In politics people you support may forget you sometimes but if you attack a group, then they will never forget and forgive you, Ram Vilas Paswan once said in an informal get-together when someone prodded him on the secret of goodwill and warm equations he enjoyed across parties of contrasting ideological hues and communities.
This kernel of Paswan’s political philosophy very much defined the Dalit leader who might not have ever been a king but as a kingmaker outlasted many kings in his illustrious career of more than five decades.
The veteran Dalit leader died on Thursday at the age of 74 at a private hospital where he had recently undergone a heart operation.
Paswan believed in making friends and investing in relationships and took pride in describing himself as a cementing force among, at times, warring allies.
Elected for the first time as an MLA in 1969 as a member of an anti-Congress front after quitting his job as a police official, he rose through the ranks of various socialist parties, which changed forms with a periodic interval, and became a leading Dalit face.
Born in Khagaria in Bihar in 1946, Paswan was elected to Lok Sabha eight times and was currently a Rajya Sabha member.
K C Tyagi of the Janatal Dal (United), who was with Paswan in the Charan Singh-led Lok Dal for years and described him as a socialist colleague of over 45 years, said the the Lok Janshakti Party founder played a key role in consolidating Dalits in north India and remained their voice.
He was one of the key ministers in the V P Singh government, which came to power in 1989, and pushed for implementing the Mandal Commission report, which recommended reservation for other backward classes, upending the pivot of politics, especially in Hindi-speaking states like Bihar and Uttar Pradesh forever.
Paswan’s simplicity and sincerity will remain exemplary, Tyagi said.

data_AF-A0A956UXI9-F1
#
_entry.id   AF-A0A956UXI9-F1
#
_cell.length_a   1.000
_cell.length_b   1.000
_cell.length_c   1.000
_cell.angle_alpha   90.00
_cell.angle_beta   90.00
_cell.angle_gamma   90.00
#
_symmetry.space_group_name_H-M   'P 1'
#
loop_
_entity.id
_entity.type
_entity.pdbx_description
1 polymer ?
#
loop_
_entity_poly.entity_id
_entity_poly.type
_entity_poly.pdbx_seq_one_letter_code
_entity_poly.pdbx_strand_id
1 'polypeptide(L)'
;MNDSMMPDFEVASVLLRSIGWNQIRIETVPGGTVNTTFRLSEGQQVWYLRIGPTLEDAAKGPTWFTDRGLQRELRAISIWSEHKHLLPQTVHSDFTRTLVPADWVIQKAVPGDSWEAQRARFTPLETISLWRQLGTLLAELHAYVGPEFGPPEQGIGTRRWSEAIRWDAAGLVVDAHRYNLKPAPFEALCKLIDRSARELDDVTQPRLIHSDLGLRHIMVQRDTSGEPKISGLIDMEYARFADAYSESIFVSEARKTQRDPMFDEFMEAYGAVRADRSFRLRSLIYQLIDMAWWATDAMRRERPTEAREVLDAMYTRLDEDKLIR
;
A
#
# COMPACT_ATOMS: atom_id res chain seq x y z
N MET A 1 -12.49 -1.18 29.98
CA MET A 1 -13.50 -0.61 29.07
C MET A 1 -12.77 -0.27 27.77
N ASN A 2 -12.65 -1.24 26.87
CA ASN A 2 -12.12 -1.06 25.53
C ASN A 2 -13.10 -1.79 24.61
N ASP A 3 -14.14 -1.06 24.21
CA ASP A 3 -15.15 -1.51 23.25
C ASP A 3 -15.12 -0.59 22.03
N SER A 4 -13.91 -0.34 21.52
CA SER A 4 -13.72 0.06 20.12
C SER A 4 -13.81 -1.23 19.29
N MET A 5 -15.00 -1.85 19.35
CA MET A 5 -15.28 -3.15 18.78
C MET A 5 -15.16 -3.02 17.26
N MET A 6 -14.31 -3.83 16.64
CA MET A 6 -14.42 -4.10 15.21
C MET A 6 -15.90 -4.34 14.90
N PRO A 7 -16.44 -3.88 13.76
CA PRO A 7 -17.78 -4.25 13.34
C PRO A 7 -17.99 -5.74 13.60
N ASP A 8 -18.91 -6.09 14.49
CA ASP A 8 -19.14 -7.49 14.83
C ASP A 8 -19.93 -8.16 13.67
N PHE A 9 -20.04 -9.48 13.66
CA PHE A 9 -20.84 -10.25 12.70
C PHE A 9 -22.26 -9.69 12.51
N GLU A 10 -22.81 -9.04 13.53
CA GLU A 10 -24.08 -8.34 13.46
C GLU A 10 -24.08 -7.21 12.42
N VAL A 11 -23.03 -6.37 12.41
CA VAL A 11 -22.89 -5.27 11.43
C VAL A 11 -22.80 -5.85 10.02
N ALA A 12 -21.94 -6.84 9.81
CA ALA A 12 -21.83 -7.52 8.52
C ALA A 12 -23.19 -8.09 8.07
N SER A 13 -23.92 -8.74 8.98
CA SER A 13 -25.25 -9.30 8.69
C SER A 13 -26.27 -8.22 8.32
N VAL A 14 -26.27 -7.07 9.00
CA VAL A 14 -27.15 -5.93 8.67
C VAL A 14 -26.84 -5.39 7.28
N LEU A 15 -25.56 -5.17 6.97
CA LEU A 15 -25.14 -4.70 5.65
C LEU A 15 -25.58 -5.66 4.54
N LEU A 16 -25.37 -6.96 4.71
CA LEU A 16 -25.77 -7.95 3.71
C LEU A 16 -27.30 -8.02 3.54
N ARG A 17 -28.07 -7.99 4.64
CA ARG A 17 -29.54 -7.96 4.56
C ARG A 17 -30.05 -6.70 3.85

It is an ode to his politics that believed in building bridges across social or political divides that he was one of the most liked state leaders among the upper castes even as he drew his support mostly from Dalits, a group which at times shared antagonistic relations with the more prosperous communities due to a number of social and political reasons.
It is also a tribute to his worth as a politician and his warm acceptance across parties as contrasting in their ideologies as the Congress and the BJP that he was courted by arch rivals like Atal Bihari Vajpayee and Sonia Gandhi and served as a valuable minister in the BJP-led NDA as well as the Congress-led UPA governments.
When he quit the Vajpayee government due to his growing differences with the saffron party, he had also attacked the then Gujarat Chief Minister Narendra Modi but when he joined hands with the Modi-led BJP in 2014, he soon became a trusted colleague of the prime minister, especially on Dalit issues.
Critics at times mocked him as ‘mausam vaigyanik’ (weatherman) for his skill to navigate his ways into an alliance that would come to power after elections.
However, many believed it was an over simplification and noted that he was almost forced to quit the UPA in 2014 after Lalu Prasad’s RJD thought that the Lok Janshakti Party should not be given more than three seats in the Lok Sabha polls.
His death, however, could not have come at a worse time for his 37-year-old son Chirag Paswan, who is now heading the party his father founded in 2000.
No longer in the ruling National Democratic Alliance in Bihar, Chirag Paswan is taking on Chief Minister Nitish Kumar’s JD(U) as well as the opposition alliance in the assembly polls and will miss out on his father’s experience of deftly navigating several such crises in the past.
Paswan’s death may also spark an upsurge of support for his scion among his party’s supporter and sympathisers.
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